The 'Huawei is a national security threat (especially in 5G)' debate rumbles on. The UK's signals intelligence unit, GCHQ, published a balanced piece on assessing the threat (link), Germany decided to deploy Huawei kit in 5G, and the US made threatening noises. Subtext: wide consensus at MWC that the Huawei 5G equipment is amongst the best (not just cheap). 

Google's 'Duplex', which lets your phone call a restaurant, talk to whoever answers and make a booking entirety using computer voice, has been deployed in 43 American states. This was demoed at the IO developer conference last year and aroused a certain amount of concern as to whether this was deceptive (plus the scope for abuse), so there is an opt-out and the system introduces itself. Link 

Google's Waymo autonomy unit is going to sell the proprietary LIDAR unit it has created to other research orgs, as long as they're not working on cars. Interesting way to try to get volumes up.  Link

Airbnb (a16z portfolio company) bought Hotel Tonight. Link

Amazon hired a head of real-estate from a discount grocery chain. Those physical store experiments aren't going away. Link

Amazon has stopped selling Dash buttons. Link

Bolo, a Google speech recognition app to help Indian children to learn to read. Link

Microsoft has a new smartphone feature that lets you take a picture of a printed table and import it into Excel. This is the greatest step forward for financial analysis since the spreadsheet. Link

Intriguing move for the NHS: a new digital transformation agency. Given the NHS is apparently the world's largest buyer of fax machines, this could be a big change. Link

Apple execs appear to be quite uncomfortable with the fact that modern hit TV shows tend to be edgy and not family-friendly. Where do they want to take the brand? Link 

More real-world applications for Google's Deepmind: they managed to get a 20% efficiency saving out of Google's wind energy platform. Link

Facebook has open-sourced an LTE software stack. Build your own cellular network. Link

🔮 Reading 

Eugene Wei on Status as a Service (good read). Link

Fascinating interview with Jorge Paulo Lemann, co-founder of 3G capital, a PE firm that owns a bunch of consumer CPG/FMCG brands, including Kraft Heinz. "I'm a terrified dinosaur. I’ve been living in this cozy world of old brands, big volumes, nothing changing very much, and you could just focus on being very efficient..." Link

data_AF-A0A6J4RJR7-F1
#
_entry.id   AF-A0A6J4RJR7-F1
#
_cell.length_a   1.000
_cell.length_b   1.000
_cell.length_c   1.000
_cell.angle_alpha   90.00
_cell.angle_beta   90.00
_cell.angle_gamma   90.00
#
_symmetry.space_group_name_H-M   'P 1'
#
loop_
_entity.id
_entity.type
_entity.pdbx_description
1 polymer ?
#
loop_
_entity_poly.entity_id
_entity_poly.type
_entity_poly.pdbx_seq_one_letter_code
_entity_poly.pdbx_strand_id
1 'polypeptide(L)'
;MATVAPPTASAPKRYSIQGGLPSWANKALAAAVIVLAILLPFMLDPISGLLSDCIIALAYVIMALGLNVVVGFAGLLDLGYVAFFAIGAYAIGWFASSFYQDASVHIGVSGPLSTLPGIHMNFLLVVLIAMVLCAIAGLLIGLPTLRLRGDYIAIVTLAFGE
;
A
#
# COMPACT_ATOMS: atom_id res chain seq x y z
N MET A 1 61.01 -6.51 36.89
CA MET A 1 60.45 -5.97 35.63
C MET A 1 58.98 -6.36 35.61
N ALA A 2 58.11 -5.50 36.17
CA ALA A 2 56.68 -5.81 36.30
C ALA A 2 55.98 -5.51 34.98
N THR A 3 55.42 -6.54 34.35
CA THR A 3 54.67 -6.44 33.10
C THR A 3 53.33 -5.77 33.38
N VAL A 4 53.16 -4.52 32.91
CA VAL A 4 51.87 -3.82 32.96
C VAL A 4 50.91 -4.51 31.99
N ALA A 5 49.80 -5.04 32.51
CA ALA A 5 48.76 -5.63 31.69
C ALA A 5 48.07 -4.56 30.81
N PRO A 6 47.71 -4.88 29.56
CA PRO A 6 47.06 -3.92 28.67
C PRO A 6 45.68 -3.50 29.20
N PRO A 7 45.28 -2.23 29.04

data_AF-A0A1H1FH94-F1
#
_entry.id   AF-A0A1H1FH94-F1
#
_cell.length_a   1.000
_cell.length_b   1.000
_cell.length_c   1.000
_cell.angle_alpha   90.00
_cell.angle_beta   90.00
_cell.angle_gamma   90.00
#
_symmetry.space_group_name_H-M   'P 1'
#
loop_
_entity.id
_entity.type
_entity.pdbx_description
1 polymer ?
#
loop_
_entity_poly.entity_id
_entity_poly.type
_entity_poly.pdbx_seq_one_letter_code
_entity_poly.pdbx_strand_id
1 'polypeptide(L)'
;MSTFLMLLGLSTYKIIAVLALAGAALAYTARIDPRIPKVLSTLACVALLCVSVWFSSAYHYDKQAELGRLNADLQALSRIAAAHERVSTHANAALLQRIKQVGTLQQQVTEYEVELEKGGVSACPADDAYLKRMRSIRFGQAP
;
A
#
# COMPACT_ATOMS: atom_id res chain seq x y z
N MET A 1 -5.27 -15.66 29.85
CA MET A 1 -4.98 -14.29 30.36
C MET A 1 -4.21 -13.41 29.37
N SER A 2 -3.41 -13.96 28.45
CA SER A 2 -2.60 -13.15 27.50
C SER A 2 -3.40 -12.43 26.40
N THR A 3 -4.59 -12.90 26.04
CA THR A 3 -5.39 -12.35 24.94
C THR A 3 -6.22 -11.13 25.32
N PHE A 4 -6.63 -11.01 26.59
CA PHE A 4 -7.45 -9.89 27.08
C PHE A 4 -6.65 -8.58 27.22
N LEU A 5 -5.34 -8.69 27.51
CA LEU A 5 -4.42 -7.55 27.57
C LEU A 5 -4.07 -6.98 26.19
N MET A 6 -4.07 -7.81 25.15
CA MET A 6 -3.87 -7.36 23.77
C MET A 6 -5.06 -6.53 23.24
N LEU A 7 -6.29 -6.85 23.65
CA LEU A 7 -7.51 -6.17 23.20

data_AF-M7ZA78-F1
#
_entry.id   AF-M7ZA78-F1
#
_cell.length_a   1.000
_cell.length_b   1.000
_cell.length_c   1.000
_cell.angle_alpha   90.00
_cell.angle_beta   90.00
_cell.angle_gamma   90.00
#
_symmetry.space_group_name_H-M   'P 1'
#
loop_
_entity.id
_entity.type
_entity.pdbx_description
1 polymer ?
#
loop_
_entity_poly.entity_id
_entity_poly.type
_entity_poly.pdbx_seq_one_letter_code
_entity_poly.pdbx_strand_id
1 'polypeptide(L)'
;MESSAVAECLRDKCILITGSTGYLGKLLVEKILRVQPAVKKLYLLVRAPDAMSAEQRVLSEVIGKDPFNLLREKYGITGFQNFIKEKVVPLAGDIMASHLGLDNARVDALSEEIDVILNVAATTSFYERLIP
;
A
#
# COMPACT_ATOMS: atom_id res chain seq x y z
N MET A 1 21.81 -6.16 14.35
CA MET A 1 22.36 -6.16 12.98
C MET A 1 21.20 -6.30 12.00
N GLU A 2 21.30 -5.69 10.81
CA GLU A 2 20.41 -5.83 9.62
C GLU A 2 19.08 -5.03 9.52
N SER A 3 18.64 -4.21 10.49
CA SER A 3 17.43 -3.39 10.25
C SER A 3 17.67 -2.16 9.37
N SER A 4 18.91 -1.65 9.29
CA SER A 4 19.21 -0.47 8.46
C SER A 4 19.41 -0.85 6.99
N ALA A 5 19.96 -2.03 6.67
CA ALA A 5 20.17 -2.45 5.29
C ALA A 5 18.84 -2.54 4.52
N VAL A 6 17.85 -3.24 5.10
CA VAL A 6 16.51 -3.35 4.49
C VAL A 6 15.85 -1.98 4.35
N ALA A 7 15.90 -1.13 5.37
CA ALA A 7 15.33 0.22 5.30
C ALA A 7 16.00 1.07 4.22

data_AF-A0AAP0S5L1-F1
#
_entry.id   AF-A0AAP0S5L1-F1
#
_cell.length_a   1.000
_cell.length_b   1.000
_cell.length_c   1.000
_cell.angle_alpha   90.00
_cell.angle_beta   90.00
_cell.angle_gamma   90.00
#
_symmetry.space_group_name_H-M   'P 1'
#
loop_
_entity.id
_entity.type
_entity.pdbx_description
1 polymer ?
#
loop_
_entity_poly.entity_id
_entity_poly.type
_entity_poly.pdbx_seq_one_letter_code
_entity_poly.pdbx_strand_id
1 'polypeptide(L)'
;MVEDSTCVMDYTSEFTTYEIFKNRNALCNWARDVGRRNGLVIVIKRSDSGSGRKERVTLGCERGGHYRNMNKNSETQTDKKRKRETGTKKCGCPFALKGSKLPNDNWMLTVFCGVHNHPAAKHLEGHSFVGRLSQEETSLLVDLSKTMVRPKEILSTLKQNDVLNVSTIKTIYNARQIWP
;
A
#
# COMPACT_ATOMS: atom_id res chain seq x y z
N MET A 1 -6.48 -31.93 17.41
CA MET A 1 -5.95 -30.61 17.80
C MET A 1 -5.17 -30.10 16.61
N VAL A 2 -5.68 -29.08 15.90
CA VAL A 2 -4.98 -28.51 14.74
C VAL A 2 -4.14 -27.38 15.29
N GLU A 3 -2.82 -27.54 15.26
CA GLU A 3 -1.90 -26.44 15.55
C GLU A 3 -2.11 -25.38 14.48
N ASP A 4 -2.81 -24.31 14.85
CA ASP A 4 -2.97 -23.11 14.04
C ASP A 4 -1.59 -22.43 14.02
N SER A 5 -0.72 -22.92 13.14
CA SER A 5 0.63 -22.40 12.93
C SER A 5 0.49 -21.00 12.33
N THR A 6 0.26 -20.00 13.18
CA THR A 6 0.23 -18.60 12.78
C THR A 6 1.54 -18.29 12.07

A nice thread digging through the S1 for Ruhnn, a Chinese social media influencer manager. Link

"How to launch a D2C beauty brand for $1.5m". Link

Apple versus Qualcomm. Link

As we all talk about fake news on social media, a worthwhile look at how traditional media spread the Momo hoax in the last few weeks. Link

Deepnews: building an 'angle detector' for news coverage. Link

How Russia arrests people based on their Facebook and Telegram posts. Link

One of a growing trend in pieces on 'ethical AI'.There are important points, here, but I also I think it is unhelpful to use the term ethical AI to describe both the question of what we don’t want people to use ML for and mechanical challenges with making ML work as intended. ‘Bad intent’ is not the same problem as ‘not working as intended'. Link 

Nice technical overview of how the 'follow you around the room' camera in Facebook's Portal works. Link 

Munchery's bankruptcy filing. Lots of interesting discussion of the mechanics of the business. Link

Study from the UK financial regulator (FCA) on how and why consumers buy cryptocurrencies today. Link

The 'wild east' of WhatsApp groups in India. Link

Fun speculation on driver/pedestrian behaviors in an autonomous world. Link 

😮 Other reading

Homelessness in America's gilded cities. Link

Grow your own furniture. Link

📊 Statistics

Pew study of social media use in the USA in 2018. Link

Shopify report on the state of Ecommerce. Link

Long Bain/Google study on ecommerce in MENA. Link 

TikTok passed 1bn downloads. The first Chinese consumer app to go really really viral? Link (See also: it got a fine for ignoring child safety. Link)

The state of EV battery prices. Link  

China's economy is 12% smaller than official statistics. 😳 Link